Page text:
Monday, February 27, 2006

Oh Poker, Why Doth Thou Hate Me?

So I bit the bullet yesterday, rolled the bones, and entered a WSOP qualifier at Martinspoker, forking over €400. Which likely wasn't the best decision, given my general mindset and concentration level, but it was hard to pass up.

Martinspoker is running monthly WSOP qualifiers for a full package to the Main Event, with 10 packages guaranteed for each qualifier. I forget the exact number, but the first monthly qualifier was yesterday, and only got 140 or so entrants. So Martinspoker ended up ponying up about €50,000 of their own money to guarantee the 10 packages. Mmm, overlay...

You start with 7,500 chips, starting blinds of 15/25, and 12 minute levels. Probably 90% of the entrants were Swedish, with only a few US players in the entire field.

I was feeling pretty good, chipped up slightly to 8,500 or so, and people in general were playing pretty cautiously. Half an hour in and we'd only lost a couple of players.

Blinds were 100/200 when the following hand occured. It folds to me in MP, where I have A10c. A10 has been my MTT nemesis of late, so I'm not entirely thrilled to see it, but figure I can pick up the blinds pretty easily, given how passive people have been. It's still early enough that I can just fold if someone gets too jiggy. I still have 8,500 or so, and raise to 600. Folds to BB, who calls. BB also has me slightly covered, chip-wise. I don't have a read on the BB at all, as he's barely been involved in any pots.

Flop is Ad As 8d. I'm obviously feeling pretty good about that. Pot is 1,300 or so, BB checks, and I bet 900. BB calls. Hmm.

Turn is 7d. BB checks. Pot is 3,100. I don't like the diamond and I don't like all the smooth calls. But I also have to fire again, as he could literally have anything, even something as crappy as a big diamond. I bet 2,000, telling myself that's it, that I'll fold if he comes over the top of me, and live to fight another day with my 5,000 remaining chips. BB calls the 2,000.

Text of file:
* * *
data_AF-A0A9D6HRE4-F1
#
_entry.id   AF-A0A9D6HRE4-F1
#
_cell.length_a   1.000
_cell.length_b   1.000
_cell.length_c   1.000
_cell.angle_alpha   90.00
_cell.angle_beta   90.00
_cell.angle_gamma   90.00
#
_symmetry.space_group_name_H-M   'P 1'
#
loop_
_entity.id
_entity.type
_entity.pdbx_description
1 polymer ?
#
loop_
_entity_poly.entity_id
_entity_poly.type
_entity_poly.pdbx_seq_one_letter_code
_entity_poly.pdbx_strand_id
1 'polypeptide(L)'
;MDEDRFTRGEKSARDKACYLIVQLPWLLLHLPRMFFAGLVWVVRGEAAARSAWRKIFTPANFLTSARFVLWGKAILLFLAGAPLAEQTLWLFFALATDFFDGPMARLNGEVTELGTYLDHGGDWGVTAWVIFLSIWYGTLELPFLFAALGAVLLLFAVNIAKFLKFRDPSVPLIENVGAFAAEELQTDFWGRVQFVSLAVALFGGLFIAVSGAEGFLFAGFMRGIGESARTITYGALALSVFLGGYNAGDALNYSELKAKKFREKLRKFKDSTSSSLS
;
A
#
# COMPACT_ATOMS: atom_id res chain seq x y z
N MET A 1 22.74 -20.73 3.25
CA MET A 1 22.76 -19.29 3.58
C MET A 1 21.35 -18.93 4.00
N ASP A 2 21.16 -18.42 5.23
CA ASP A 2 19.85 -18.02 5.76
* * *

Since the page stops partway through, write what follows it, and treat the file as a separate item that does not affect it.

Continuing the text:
River is 3c. BB insta-pushes all-in, covering me by about 500 chips.

I go into the tank, trying to find a reason to call. I have to call 5,000 to win a pot of nearly 13,000. I have trip aces, 10 kicker. Diamond flush on the board.

I finally throw up in my mouth a little and convince myself to fold, as I can't see any reasonable hand he'd play that way that I can beat, other than a slow-played big pair or something like A9, A6, A5, etc. But even that's hard to imagine, with the push on the river, as I'd shown strength the whole hand, so even if BB thought his Ax was good, you'd think he'd check again to me on the river, hoping for a free showdown.

Thoughts? Too weak?

Got blinded down a bit from there to 4,000 or so, biding my time, until I pick up KK on the button, with blinds of 200/400. UTG+1 (who's playing pretty terribly but somehow acquired a big stack) raises to 1,000, everyone folds to me, I push, and UTG+1 insta-calls with K9s. My happy dance gets cut off prematurely when a 9 appears on the flop, and another 9 on the river. Umm, thanks a pantload, poker.